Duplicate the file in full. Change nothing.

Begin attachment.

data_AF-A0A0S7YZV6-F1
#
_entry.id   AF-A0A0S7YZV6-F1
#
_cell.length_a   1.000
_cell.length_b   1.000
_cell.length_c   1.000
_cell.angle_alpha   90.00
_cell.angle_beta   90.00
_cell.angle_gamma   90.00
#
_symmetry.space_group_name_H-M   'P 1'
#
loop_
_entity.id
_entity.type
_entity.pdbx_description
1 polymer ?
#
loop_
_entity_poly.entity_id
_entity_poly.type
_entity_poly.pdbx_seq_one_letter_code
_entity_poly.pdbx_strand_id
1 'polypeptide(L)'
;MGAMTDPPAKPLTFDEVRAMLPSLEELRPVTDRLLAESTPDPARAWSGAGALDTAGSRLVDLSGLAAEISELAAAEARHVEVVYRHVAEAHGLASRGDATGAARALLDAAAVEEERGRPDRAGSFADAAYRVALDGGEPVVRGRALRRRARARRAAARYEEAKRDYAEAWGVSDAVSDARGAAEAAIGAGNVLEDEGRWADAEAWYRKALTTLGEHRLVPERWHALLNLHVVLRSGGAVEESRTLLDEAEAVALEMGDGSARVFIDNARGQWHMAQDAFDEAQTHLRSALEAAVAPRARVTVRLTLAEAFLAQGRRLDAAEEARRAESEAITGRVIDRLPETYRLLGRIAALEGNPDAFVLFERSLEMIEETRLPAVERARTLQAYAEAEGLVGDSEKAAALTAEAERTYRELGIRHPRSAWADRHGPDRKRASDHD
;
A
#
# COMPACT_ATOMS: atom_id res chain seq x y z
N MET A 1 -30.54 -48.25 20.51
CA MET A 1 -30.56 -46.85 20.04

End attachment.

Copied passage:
data_AF-A0A0S7YZV6-F1
#
_entry.id   AF-A0A0S7YZV6-F1
#
_cell.length_a   1.000
_cell.length_b   1.000
_cell.length_c   1.000
_cell.angle_alpha   90.00
_cell.angle_beta   90.00
_cell.angle_gamma   90.00
#
_symmetry.space_group_name_H-M   'P 1'
#
loop_
_entity.id
_entity.type
_entity.pdbx_description
1 polymer ?
#
loop_
_entity_poly.entity_id
_entity_poly.type
_entity_poly.pdbx_seq_one_letter_code
_entity_poly.pdbx_strand_id
1 'polypeptide(L)'
;MGAMTDPPAKPLTFDEVRAMLPSLEELRPVTDRLLAESTPDPARAWSGAGALDTAGSRLVDLSGLAAEISELAAAEARHVEVVYRHVAEAHGLASRGDATGAARALLDAAAVEEERGRPDRAGSFADAAYRVALDGGEPVVRGRALRRRARARRAAARYEEAKRDYAEAWGVSDAVSDARGAAEAAIGAGNVLEDEGRWADAEAWYRKALTTLGEHRLVPERWHALLNLHVVLRSGGAVEESRTLLDEAEAVALEMGDGSARVFIDNARGQWHMAQDAFDEAQTHLRSALEAAVAPRARVTVRLTLAEAFLAQGRRLDAAEEARRAESEAITGRVIDRLPETYRLLGRIAALEGNPDAFVLFERSLEMIEETRLPAVERARTLQAYAEAEGLVGDSEKAAALTAEAERTYRELGIRHPRSAWADRHGPDRKRASDHD
;
A
#
# COMPACT_ATOMS: atom_id res chain seq x y z
N MET A 1 -30.54 -48.25 20.51
CA MET A 1 -30.56 -46.85 20.04